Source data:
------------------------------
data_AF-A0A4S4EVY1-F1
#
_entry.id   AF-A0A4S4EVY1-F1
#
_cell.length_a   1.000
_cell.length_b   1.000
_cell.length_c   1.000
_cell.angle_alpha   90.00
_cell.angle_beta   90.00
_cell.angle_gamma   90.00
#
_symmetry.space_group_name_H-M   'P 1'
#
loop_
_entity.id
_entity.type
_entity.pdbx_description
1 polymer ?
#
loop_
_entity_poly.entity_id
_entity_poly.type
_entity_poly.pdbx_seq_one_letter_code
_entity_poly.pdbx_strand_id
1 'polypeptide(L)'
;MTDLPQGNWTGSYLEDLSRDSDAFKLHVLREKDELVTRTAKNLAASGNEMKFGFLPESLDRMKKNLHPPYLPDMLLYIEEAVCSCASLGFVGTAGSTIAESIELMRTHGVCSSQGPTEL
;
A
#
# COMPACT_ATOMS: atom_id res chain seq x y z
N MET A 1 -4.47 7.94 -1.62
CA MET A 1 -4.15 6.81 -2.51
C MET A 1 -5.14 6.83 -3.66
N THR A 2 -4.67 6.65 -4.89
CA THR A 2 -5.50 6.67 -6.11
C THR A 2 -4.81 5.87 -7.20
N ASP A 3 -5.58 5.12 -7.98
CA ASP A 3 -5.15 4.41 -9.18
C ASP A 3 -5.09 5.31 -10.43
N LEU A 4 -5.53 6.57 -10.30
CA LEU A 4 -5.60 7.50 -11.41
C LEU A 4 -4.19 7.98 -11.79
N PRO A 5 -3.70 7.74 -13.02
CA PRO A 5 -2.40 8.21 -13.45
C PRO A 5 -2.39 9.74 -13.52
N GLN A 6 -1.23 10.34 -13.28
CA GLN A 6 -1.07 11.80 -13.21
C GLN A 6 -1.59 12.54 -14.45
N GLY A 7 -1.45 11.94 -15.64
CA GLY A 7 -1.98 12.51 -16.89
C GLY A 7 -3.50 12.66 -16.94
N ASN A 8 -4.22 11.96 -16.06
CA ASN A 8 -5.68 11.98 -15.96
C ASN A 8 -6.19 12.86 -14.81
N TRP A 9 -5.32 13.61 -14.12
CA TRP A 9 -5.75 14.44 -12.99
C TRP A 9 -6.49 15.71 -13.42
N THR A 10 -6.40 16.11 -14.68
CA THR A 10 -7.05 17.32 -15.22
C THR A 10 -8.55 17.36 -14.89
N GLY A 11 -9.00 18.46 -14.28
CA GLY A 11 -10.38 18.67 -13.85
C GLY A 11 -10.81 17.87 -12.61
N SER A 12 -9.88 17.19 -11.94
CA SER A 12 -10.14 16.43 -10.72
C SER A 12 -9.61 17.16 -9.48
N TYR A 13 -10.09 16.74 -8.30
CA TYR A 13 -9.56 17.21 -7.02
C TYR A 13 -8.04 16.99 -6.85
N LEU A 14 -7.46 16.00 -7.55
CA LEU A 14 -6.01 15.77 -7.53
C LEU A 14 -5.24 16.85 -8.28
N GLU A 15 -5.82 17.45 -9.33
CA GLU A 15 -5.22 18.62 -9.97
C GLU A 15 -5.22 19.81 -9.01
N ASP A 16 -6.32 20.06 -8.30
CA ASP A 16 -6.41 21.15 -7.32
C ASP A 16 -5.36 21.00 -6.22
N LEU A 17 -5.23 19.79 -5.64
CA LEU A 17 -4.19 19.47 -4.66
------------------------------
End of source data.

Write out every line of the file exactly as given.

data_AF-A0A4S4EVY1-F1
#
_entry.id   AF-A0A4S4EVY1-F1
#
_cell.length_a   1.000
_cell.length_b   1.000
_cell.length_c   1.000
_cell.angle_alpha   90.00
_cell.angle_beta   90.00
_cell.angle_gamma   90.00
#
_symmetry.space_group_name_H-M   'P 1'
#
loop_
_entity.id
_entity.type
_entity.pdbx_description
1 polymer ?
#
loop_
_entity_poly.entity_id
_entity_poly.type
_entity_poly.pdbx_seq_one_letter_code
_entity_poly.pdbx_strand_id
1 'polypeptide(L)'
;MTDLPQGNWTGSYLEDLSRDSDAFKLHVLREKDELVTRTAKNLAASGNEMKFGFLPESLDRMKKNLHPPYLPDMLLYIEEAVCSCASLGFVGTAGSTIAESIELMRTHGVCSSQGPTEL
;
A
#
# COMPACT_ATOMS: atom_id res chain seq x y z
N MET A 1 -4.47 7.94 -1.62
CA MET A 1 -4.15 6.81 -2.51
C MET A 1 -5.14 6.83 -3.66
N THR A 2 -4.67 6.65 -4.89
CA THR A 2 -5.50 6.67 -6.11
C THR A 2 -4.81 5.87 -7.20
N ASP A 3 -5.58 5.12 -7.98
CA ASP A 3 -5.15 4.41 -9.18
C ASP A 3 -5.09 5.31 -10.43
N LEU A 4 -5.53 6.57 -10.30
CA LEU A 4 -5.60 7.50 -11.41
C LEU A 4 -4.19 7.98 -11.79
N PRO A 5 -3.70 7.74 -13.02
CA PRO A 5 -2.40 8.21 -13.45
C PRO A 5 -2.39 9.74 -13.52
N GLN A 6 -1.23 10.34 -13.28
CA GLN A 6 -1.07 11.80 -13.21
C GLN A 6 -1.59 12.54 -14.45
N GLY A 7 -1.45 11.94 -15.64
CA GLY A 7 -1.98 12.51 -16.89
C GLY A 7 -3.50 12.66 -16.94
N ASN A 8 -4.22 11.96 -16.06
CA ASN A 8 -5.68 11.98 -15.96
C ASN A 8 -6.19 12.86 -14.81
N TRP A 9 -5.32 13.61 -14.12
CA TRP A 9 -5.75 14.44 -12.99
C TRP A 9 -6.49 15.71 -13.42
N THR A 10 -6.40 16.11 -14.68
CA THR A 10 -7.05 17.32 -15.22
C THR A 10 -8.55 17.36 -14.89
N GLY A 11 -9.00 18.46 -14.28
CA GLY A 11 -10.38 18.67 -13.85
C GLY A 11 -10.81 17.87 -12.61
N SER A 12 -9.88 17.19 -11.94
CA SER A 12 -10.14 16.43 -10.72
C SER A 12 -9.61 17.16 -9.48
N TYR A 13 -10.09 16.74 -8.30
CA TYR A 13 -9.56 17.21 -7.02
C TYR A 13 -8.04 16.99 -6.85
N LEU A 14 -7.46 16.00 -7.55
CA LEU A 14 -6.01 15.77 -7.53
C LEU A 14 -5.24 16.85 -8.28
N GLU A 15 -5.82 17.45 -9.33
CA GLU A 15 -5.22 18.62 -9.97
C GLU A 15 -5.22 19.81 -9.01
N ASP A 16 -6.32 20.06 -8.30
CA ASP A 16 -6.41 21.15 -7.32
C ASP A 16 -5.36 21.00 -6.22
N LEU A 17 -5.23 19.79 -5.64
CA LEU A 17 -4.19 19.47 -4.66